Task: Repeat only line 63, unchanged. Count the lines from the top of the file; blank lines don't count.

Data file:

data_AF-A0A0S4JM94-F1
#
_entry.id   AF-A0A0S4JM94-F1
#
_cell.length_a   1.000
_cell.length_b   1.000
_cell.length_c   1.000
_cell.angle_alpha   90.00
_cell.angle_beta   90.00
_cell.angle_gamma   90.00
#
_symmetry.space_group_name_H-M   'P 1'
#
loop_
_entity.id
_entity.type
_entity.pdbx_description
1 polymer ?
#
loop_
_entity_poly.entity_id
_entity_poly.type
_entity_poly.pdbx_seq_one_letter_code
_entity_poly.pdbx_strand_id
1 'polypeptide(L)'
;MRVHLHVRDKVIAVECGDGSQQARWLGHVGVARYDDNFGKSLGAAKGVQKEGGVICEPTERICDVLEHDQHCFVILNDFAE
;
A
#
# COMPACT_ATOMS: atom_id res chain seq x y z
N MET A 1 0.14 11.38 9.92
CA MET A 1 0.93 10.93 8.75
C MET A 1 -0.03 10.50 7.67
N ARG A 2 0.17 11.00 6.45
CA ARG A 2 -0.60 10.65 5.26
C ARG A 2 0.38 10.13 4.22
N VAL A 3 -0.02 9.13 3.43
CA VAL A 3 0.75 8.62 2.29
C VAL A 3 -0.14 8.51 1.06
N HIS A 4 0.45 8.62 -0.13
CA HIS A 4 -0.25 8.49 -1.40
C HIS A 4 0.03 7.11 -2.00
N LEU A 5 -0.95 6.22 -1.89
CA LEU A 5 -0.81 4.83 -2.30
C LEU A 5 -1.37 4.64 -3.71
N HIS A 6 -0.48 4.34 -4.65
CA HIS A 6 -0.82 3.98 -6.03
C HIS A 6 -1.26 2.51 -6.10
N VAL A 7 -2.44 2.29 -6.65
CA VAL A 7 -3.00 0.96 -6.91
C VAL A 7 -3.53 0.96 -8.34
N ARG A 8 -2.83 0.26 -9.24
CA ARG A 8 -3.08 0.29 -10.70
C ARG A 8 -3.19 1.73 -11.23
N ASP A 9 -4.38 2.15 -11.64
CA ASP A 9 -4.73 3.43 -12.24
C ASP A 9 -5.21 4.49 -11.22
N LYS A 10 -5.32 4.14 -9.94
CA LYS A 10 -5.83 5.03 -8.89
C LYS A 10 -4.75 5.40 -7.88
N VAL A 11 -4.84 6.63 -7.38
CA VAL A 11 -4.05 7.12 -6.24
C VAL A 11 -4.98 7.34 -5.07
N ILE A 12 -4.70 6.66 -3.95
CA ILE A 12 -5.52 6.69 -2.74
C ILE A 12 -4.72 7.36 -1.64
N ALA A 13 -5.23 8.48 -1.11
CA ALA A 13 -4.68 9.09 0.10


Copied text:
C VAL A 11 -4.98 7.34 -5.07